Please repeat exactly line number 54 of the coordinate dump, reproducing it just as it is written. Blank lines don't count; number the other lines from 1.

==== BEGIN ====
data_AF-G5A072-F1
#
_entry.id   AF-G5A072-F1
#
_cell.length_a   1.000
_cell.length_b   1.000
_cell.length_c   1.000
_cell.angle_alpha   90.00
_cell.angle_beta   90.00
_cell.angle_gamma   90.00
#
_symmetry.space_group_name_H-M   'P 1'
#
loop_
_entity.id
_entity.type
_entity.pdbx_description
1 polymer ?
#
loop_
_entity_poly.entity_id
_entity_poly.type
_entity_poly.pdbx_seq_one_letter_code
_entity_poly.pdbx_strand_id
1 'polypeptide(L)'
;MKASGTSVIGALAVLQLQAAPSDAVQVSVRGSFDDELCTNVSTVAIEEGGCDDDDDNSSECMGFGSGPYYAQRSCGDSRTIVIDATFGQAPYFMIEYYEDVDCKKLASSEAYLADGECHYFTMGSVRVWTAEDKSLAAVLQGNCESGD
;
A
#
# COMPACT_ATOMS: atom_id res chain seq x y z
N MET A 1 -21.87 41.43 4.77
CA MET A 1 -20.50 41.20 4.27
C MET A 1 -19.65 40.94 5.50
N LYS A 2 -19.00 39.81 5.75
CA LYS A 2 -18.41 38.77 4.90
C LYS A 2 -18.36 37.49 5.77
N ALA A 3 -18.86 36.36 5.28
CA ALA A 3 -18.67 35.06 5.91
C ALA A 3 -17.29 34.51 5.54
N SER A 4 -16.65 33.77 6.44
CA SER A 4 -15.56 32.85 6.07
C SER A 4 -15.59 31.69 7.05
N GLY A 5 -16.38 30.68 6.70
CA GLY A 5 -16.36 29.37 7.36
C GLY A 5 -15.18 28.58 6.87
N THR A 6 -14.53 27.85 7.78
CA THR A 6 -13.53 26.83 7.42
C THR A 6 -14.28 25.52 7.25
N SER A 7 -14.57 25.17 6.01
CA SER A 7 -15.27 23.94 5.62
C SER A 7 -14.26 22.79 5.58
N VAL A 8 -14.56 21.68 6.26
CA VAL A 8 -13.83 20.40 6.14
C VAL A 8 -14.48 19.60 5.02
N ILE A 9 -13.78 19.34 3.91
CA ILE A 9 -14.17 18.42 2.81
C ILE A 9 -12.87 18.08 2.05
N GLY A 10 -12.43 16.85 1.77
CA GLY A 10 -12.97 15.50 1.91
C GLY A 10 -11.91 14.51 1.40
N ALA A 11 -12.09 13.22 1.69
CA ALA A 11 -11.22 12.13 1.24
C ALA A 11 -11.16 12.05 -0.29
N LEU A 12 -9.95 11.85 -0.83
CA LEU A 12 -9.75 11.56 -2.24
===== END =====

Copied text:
C VAL A 8 -14.48 19.60 5.02